Melissa Conrad Stöppler, MD
Melissa Conrad Stöppler, MD, is a U.S. board-certified Anatomic Pathologist with subspecialty training in the fields of Experimental and Molecular Pathology. Dr. Stöppler's educational background includes a BA with Highest Distinction from the University of Virginia and an MD from the University of North Carolina. She completed residency training in Anatomic Pathology at Georgetown University followed by subspecialty fellowship training in molecular diagnostics and experimental pathology.
William C. Shiel Jr., MD, FACP, FACR
Dr. Shiel received a Bachelor of Science degree with honors from the University of Notre Dame. There he was involved in research in radiation biology and received the Huisking Scholarship. After graduating from St. Louis University School of Medicine, he completed his Internal Medicine residency and Rheumatology fellowship at the University of California, Irvine. He is board-certified in Internal Medicine and Rheumatology.
- Boils facts
- What is a boil? What are the symptoms and signs of a boil?
- What causes boils to form?
- Who is most likely to get a boil?
- How are boils diagnosed?
- What is the treatment for a boil?
- When should I seek medical attention for a boil?
- What is the prognosis (outcome) for a boil?
- What can be done to prevent boils (abscesses)?
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- Patient Comments: Boils - Effective Treatments
- Patient Comments: Boils - Causes
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- Patient Comments: Boils - Experience
- Find a local Dermatologist in your town
- A boil, or skin abscess, is a collection of pus that forms in the skin.
- Antibiotics alone can be inadequate in treating abscesses.
- The primary treatments for boils include hot packs and draining ("lancing") the abscess but only when it is soft and ready to drain.
- Boils themselves are not contagious, but the bacteria that cause boils are.
- Most boils resolve on their own or with home remedies.
- If you have a fever or long-term illness, such as cancer or diabetes, or are taking medications that suppress the immune system, you should contact your health-care professional if you develop a boil (abscess).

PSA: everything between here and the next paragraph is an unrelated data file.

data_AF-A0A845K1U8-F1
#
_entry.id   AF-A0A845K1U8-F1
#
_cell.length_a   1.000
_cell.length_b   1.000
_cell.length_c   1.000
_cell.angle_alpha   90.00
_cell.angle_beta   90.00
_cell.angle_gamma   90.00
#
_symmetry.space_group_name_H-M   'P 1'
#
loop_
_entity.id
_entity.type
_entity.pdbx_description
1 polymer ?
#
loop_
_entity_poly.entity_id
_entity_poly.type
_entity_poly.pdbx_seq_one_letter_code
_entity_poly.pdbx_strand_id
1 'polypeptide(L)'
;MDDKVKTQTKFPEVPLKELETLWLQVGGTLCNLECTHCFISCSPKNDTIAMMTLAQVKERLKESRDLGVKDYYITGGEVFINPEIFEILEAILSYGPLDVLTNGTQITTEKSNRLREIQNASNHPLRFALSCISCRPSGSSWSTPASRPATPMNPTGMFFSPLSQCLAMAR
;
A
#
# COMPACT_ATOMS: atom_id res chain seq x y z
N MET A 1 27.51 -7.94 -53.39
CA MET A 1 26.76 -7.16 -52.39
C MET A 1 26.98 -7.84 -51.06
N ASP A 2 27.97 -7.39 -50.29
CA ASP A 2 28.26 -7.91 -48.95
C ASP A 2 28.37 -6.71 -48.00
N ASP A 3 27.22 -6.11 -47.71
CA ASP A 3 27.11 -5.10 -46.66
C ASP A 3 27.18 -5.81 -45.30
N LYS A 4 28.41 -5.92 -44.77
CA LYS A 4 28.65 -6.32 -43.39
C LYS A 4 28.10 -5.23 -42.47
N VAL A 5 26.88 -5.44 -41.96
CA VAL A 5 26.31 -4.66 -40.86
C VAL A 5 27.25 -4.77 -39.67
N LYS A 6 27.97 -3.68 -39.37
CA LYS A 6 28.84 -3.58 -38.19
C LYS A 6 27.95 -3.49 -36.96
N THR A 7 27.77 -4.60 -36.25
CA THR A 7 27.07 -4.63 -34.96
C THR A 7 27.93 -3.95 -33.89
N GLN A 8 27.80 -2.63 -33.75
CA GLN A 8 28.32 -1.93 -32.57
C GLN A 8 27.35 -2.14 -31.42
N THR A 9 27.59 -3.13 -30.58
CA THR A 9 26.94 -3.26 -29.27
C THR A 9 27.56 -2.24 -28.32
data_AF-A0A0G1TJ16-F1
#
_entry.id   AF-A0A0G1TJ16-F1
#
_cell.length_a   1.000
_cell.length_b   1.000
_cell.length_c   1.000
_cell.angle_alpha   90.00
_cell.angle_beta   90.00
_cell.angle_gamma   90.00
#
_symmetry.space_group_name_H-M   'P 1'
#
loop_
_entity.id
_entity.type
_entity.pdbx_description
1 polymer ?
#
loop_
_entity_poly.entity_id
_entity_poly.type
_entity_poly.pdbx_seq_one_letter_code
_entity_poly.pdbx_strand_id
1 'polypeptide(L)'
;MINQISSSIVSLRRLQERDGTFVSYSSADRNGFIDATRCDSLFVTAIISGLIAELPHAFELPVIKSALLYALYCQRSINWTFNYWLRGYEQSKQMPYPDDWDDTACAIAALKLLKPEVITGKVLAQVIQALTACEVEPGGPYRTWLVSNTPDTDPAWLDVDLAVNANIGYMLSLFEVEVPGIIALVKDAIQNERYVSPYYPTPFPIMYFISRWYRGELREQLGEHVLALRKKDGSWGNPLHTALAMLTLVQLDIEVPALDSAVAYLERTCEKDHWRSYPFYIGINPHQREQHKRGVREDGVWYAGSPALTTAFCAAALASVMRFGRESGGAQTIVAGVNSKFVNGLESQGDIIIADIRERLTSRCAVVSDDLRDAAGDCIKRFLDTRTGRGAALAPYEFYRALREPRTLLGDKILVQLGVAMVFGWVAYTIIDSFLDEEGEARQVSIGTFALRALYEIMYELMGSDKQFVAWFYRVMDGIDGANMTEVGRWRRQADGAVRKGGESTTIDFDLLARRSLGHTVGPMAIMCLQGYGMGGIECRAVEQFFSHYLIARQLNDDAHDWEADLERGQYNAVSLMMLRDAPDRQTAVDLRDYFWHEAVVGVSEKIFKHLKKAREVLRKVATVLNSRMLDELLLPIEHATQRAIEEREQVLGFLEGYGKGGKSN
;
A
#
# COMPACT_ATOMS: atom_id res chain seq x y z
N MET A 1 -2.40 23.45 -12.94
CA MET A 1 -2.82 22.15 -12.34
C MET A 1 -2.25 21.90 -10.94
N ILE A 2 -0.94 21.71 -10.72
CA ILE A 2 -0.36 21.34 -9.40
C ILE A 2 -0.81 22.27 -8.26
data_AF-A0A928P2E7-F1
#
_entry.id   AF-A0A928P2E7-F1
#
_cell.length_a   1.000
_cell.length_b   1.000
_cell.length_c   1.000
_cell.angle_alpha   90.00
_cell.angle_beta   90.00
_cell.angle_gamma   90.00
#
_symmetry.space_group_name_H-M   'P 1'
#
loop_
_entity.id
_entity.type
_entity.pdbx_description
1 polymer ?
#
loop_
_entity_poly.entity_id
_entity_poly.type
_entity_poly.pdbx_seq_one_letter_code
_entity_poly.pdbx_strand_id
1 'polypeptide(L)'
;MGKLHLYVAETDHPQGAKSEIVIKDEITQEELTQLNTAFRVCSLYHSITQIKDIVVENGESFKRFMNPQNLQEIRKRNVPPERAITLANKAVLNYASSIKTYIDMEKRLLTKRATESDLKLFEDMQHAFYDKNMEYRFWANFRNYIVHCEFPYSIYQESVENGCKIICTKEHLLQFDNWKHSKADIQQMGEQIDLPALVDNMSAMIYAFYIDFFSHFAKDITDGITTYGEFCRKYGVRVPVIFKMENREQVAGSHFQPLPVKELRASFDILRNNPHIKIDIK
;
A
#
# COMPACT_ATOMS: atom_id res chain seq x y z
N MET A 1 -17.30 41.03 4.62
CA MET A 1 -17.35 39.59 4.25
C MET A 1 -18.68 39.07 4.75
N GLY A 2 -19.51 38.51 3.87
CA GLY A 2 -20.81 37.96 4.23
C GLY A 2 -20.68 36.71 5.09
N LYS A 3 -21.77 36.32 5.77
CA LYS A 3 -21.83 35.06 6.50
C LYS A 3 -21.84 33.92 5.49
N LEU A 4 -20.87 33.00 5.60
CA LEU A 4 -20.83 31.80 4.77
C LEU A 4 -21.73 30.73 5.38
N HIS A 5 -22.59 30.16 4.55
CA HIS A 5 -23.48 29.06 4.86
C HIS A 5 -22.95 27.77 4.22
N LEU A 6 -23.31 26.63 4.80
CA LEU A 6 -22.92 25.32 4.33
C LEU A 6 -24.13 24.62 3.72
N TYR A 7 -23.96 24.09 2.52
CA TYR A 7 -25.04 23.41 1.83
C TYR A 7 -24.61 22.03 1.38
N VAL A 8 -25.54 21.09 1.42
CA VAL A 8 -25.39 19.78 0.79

- There are a number of ways to reduce the likelihood of developing some forms of boils, but boils are not completely preventable.
What is a boil? What are the symptoms and signs of a boil?
A boil is a localized infection in the skin that begins as a reddened, tender area. Over time, the area becomes firm, hard, and increasingly tender. Eventually, the center of the boil softens and becomes filled with infection-fighting white blood cells from the bloodstream to eradicate the infection. This collection of white blood cells, bacteria, and proteins is known as pus. Finally, the pus "forms a head," which can be surgically opened or may spontaneously drain out through the surface of the skin. Pus enclosed within tissue is referred to as an abscess. A boil is also referred to as a skin abscess. Boils can occur anywhere on the body, including the trunk, extremities, buttocks, or other areas.
There are several different types of boils:
- Furuncle or carbuncle: This is an abscess in the skin usually caused by the bacterium Staphylococcus aureus. A furuncle can have one or more openings onto the skin and may be associated with a fever or chills. The term furuncle is used to refer to a typical boil that occurs within a hair follicle. The term carbuncle is typically used to represent a larger abscess that involves a group of hair follicles and involves a larger area than a furuncle. A carbuncle can form a hardened lump that can be felt in the skin. The condition of having chronic, recurring boils is referred to as furunculosis or carbunculosis.
- Cystic acne: This is a type of abscess that is formed when oil ducts become clogged and infected. Cystic acne affects deeper skin tissue than the more superficial inflammation from common acne. Cystic acne is most common on the face and typically occurs in the teenage years.
- Hidradenitis suppurativa: This is a condition in which there are multiple abscesses that form under the armpits and often in the groin area. These areas are a result of local inflammation of the sweat glands. This form of skin infection is difficult to treat with antibiotics alone and typically requires a surgical procedure to remove the involved sweat glands in order to stop the skin inflammation.
- Pilonidal cyst: This is a unique kind of abscess that occurs in the crease of the buttocks. Pilonidal cysts often begin as tiny areas of infection in the base of the area of skin from which hair grows (the hair follicle). With irritation from direct pressure, over time the inflamed area enlarges to become a firm, painful, and tender nodule that makes it difficult to sit without discomfort. These abscesses frequently form after long trips that involve prolonged sitting.
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